Maryknoll Office for Global Concerns

Representing Maryknoll Fathers & Brothers, Maryknoll Sisters, and Maryknoll Lay Missioners
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Pope Francis addresses "globalization of indifference"

The following reflection by Fr. Dave Schwinghamer, MM was published in the November-December 2013 NewsNotes.

On July 1, over 300 Eritrean and Somali asylum-seekers drowned one half mile from the coast of Italy. When their fishing boat caught fire and sank near the island of Lampedusa they had travelled between 2,500-3,000 miles from their home countries in the Horn of Africa. The news of this tragedy moved Pope Francis to make a personal visit to Lampedusa to offer his sympathy and to show his solidarity to the survivors and to the Italians who pulled them from the Mediterranean Sea. In a short but moving homily during a mass for those who had drowned, Francis called attention to one of the major challenges of the 21st century: the growing indifference to human suffering that has arisen in part as a result of globalization.

During the closing decades of the 20th century the Catholic Church’s perspective on globalization reflected two important contributions by very different popes. On January 1, 1972 in his World Day of Peace message, Paul VI declared: "If you want peace, work for justice." This clear call to expand the Church’s understanding of its social commitment helped many Catholic organizations realize that action on behalf of justice was a constitutive part of preaching the Gospel. In 1974 the Church held a global synod on the theme of Justice in the World. The fruits of that Synod are still being harvested.

During his long pontificate Pope John Paul II was a strong advocate of "the globalization of solidarity." He openly called for a new international system of values based on solidarity as opposed to a system of values that had competition as its backbone. In a message written for the 17th General Assembly of Caritas International, John Paul II called for a radical change in the concept of solidarity at the global level. For the aging pope, globalization had become the obligatory horizon of all politics in every nation. But according to John Paul II for solidarity to become a global reality, peoples of all regions of the world must be taken into account.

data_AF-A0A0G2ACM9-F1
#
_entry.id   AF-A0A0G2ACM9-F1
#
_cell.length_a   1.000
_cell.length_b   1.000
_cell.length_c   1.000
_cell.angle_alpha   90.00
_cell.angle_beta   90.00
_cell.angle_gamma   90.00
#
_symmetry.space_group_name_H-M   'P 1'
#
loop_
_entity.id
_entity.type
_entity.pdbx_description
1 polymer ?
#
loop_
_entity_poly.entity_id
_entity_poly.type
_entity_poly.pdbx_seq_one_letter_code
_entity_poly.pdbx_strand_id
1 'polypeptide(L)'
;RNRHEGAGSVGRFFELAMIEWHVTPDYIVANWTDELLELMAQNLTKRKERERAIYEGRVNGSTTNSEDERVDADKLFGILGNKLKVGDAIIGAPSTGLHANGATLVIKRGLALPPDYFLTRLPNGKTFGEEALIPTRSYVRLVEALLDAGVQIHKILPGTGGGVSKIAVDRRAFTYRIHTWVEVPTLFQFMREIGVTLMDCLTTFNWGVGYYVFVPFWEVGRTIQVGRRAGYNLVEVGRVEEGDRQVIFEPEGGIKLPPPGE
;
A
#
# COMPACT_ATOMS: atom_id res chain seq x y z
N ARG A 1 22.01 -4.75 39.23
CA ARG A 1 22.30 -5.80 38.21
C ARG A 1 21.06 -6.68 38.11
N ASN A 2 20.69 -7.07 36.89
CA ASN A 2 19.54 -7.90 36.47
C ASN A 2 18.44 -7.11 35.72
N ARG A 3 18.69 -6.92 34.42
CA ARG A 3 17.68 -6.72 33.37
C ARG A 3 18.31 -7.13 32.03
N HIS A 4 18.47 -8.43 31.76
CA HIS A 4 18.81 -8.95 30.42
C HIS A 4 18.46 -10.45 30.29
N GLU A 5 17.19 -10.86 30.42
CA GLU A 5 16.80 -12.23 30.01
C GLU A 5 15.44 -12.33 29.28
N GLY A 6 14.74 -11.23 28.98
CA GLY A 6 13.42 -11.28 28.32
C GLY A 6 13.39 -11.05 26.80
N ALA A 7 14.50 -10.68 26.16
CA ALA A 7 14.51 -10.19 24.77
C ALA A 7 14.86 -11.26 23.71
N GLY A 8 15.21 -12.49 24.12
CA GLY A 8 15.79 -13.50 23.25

Pope Francis has moved beyond the perspectives of his predecessors in regard to globalization. His visit to the island of Lampedusa helped lay open a dark side of globalization that is not talked about enough today. This ugly side of globalization flows from both the effects of the new communication technologies on our human personality and from the consumer culture that accompanies globalization. While addressing those who had survived the sinking of their little fishing boat, Francis spoke of what he called a culture of comfort that makes us live in a bubble that insulates us from human misery and can cause us to fall into indifference on a global scale.

In lamenting the needless deaths of African asylum seekers – both Christians and Muslims – Francis asked us to weep for "all those who in anonymity make social and economic decisions which open the door to tragic situations" like Lampedusa. Likewise, he begged God to have mercy on those who "by their decisions on the global level have created situations that lead to these tragedies."

But it isn’t just weeping and lamenting that Francis is concerned with. He intends to expose some of the hidden forces and underlying values, such as unbridled consumerism, that are shaping the interior world of many people in such a way that we are becoming incapable of even being moved by tragedy. These forces operate out of sight under the mask of anonymity and superficiality of thought and lead to a cultural disorientation. The pope asks us: "How many of us, myself included, have lost our bearings; we are no longer attentive to the world in which we live; we don’t care; we don’t protect what God created for everyone, and we end up unable even to care for one another!"

In a gentle but prophetic manner, Francis calls out those who have caused the Lampedusa-like tragedies by asking who is responsible for the blood of these brothers and sister of ours. Unfortunately, it seems that nobody feels responsible. The bubble of material comfort, a potent byproduct of globalization, has resulted in the illusion that such tragedies can take place and nobody is to blame. But Francis also implies that this is a superficial answer. Behind this growing anonymity are human beings who make social and economic decisions on the global level and that these decisions have created situations that lead to tragedy for those on the margins of globalization.

After Lampedusa we can no longer look at asylum seekers, migrants, refugees and internally displaced peoples as unconnected to the process of globalization. To do so would be to continue to live in a bubble.

Photo of Pope Francis from the Catholic Church of England and Wales